Honoring veterans on November 11, and every other day of the year

There is a widening gap between the U.S. military and the American public that has been exacerbated by nearly 20 years of conflict. Closing this gap takes understanding; the first step to generating genuine awareness is to engage with a veteran. It is not enough to say "Thank You for Your Service" a phrase that I would like to change to "Thank you for Willingness to Serve" -- instead, speak with them, understand why they were willing to heed the call to serve, and what their service entailed. This conversation also helps create an awareness of what we as a nation are asking of our servicemembers.
 

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Nathan Scopac

GBA 2023

A US Air Force Academy graduate who has been in the active duty Air Force since 1997, Nate served over the past 24 years as an Air Force Special Operations Pilot and a Navigator, and was deployed multiple times to Iraq, Afghanistan, and South America. He attended the Air Command and Staff College and was selected to work in the Air Force Acquisition Office, in the US military Delegation to NATO; and also commanded an Air Force squadron, Air Force Group and a deployed Special Operations Wing. Nate, his wife of 22 years and their two children have enjoyed the numerous adventurous military moves, including twice to Europe.

Synergies between your military service and Fletcher education

Fletcher has always had an important role in developing military leaders. In fact, the military has a program in which it sends officers to a year-long Fletcher program to hone their diplomatic skills.  In the 21st century, military activity is as much about soft diplomatic power as it is about hard military power: From responding to humanitarian disasters to assisting strengthening partner governments and providing foreign internal defense, military members must have an acute awareness of political and cultural nuances. During my time at Fletcher, I have been impressed by the real world experiences that military members have brought to the discussion about cultural fabric and power politics. The rigorous Fletcher academics adds a deep intellectual understanding to political military interactions that military members face today.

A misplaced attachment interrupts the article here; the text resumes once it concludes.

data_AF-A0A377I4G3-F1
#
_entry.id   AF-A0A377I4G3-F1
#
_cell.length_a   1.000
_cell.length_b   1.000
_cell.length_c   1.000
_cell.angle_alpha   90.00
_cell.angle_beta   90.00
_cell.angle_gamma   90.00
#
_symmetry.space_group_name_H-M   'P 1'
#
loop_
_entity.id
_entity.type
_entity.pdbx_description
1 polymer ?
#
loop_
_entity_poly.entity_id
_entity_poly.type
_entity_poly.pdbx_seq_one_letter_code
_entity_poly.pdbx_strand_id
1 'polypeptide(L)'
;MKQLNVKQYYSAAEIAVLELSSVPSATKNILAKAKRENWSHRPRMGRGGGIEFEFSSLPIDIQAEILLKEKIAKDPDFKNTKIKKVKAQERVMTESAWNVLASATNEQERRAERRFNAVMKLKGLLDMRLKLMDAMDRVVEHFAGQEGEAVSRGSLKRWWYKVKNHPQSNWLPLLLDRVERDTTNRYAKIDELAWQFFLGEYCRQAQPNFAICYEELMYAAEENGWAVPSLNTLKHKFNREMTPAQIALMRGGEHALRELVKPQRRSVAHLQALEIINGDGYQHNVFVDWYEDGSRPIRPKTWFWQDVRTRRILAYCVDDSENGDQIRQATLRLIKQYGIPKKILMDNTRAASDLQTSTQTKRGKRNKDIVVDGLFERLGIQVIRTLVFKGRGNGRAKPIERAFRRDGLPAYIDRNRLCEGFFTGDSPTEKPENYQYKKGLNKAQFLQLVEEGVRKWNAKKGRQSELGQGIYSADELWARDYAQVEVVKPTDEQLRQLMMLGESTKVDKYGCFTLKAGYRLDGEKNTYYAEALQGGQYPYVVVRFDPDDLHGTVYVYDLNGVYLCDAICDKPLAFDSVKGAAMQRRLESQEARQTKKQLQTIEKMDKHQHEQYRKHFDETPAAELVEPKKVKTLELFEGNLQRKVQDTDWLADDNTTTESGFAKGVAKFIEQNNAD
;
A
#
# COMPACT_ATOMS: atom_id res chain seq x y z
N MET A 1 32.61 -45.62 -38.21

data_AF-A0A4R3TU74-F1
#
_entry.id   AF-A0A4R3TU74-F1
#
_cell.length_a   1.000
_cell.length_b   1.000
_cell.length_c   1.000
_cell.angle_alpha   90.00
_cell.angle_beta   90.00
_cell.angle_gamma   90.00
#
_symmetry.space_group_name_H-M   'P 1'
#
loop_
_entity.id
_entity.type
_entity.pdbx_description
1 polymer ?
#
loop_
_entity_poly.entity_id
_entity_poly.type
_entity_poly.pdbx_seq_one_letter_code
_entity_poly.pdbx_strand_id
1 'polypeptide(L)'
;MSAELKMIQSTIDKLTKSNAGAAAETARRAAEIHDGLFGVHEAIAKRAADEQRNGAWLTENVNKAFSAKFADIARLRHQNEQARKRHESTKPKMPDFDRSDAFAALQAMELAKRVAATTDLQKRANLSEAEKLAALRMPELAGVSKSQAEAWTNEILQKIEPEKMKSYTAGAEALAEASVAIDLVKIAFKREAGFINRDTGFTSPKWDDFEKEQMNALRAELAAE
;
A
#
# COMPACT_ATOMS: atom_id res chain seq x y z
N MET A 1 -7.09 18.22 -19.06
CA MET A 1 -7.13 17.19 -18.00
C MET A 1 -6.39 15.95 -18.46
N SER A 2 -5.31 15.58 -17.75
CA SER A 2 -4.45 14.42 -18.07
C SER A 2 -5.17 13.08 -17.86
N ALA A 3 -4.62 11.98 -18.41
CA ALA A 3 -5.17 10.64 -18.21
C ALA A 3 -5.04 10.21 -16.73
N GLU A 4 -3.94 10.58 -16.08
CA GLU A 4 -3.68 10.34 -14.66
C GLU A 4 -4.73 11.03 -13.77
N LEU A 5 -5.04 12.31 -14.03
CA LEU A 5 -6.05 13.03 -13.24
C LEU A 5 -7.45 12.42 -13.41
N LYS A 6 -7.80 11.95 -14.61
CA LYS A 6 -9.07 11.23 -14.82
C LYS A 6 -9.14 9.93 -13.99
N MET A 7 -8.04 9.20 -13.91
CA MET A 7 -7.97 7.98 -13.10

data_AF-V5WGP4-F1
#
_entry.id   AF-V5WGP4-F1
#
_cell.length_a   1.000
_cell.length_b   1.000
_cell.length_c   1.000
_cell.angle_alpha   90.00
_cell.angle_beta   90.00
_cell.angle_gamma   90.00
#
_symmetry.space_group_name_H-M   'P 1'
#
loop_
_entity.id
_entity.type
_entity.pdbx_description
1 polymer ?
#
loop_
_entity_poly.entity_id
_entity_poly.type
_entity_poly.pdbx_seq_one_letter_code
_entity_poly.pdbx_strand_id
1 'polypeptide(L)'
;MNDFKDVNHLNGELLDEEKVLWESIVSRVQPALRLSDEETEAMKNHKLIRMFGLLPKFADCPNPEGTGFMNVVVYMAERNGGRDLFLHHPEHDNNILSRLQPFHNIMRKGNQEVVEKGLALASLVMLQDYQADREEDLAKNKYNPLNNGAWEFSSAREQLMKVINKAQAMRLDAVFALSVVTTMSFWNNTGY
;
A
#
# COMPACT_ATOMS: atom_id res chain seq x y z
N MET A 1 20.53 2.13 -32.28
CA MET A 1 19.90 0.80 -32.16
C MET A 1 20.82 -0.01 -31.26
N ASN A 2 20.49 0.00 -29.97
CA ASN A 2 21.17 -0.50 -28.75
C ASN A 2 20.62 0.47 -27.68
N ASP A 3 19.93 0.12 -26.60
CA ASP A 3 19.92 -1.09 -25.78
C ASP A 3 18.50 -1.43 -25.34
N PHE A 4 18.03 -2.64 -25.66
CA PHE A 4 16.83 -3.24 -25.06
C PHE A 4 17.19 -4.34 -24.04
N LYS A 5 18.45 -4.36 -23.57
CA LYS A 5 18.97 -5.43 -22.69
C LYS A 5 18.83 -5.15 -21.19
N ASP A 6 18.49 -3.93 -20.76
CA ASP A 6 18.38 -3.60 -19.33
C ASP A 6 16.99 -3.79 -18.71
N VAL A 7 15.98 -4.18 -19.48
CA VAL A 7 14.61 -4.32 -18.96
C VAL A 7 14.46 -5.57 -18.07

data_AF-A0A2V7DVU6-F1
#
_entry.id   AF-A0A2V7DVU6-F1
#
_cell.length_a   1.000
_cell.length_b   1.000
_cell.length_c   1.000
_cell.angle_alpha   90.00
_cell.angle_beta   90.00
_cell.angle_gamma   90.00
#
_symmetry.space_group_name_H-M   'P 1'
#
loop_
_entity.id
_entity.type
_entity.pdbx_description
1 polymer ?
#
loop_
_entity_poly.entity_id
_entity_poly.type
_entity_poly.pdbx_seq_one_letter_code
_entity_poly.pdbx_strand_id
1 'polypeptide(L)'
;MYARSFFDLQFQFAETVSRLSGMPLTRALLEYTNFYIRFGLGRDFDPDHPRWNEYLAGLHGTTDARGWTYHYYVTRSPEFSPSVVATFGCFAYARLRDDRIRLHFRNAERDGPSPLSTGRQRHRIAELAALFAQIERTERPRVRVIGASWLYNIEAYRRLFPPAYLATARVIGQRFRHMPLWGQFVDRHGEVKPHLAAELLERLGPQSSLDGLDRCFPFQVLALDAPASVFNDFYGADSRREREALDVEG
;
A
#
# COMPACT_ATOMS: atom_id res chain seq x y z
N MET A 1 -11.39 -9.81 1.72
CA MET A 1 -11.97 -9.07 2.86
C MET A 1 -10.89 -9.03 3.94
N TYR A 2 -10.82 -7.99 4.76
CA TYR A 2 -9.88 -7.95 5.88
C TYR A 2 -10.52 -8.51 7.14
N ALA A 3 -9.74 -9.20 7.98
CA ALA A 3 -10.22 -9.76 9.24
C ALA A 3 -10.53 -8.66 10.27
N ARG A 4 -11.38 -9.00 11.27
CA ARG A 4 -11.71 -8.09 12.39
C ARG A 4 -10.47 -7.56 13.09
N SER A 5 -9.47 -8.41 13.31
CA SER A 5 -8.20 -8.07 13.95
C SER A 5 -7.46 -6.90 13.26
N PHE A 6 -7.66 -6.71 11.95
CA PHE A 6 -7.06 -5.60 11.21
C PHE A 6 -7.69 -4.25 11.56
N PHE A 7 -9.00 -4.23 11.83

The veterans community at Fletcher

The veteran community is much larger than I expected. I have also been impressed by the military experiences of both officers and enlisted service personnel within Fletcher’s degree programs. There is a vast mix of mid-career professionals looking to move out of the military, as well as young officers who seek a better understanding of the global landscape.  Finally, the most important thing is the comradery and support the military members offer to each other.   

 Honoring veterans on November 11, and every other day of the year

I think it is important to remember that only 1% of this nation serves their country in the military, but behind that 1% are the families and friends who often bear the brunt of deployments, combat related injuries, military moves and other stresses.  I could not have had my career without the loving support of my wife Cynthia and my two children, as they truly allowed me to serve the country. I have also been happily surprised by the level of support I have received from civilians – such as buying me a cold beverage or simply thanking me for my service. I have always been impressed by the patriotism that exists in our country.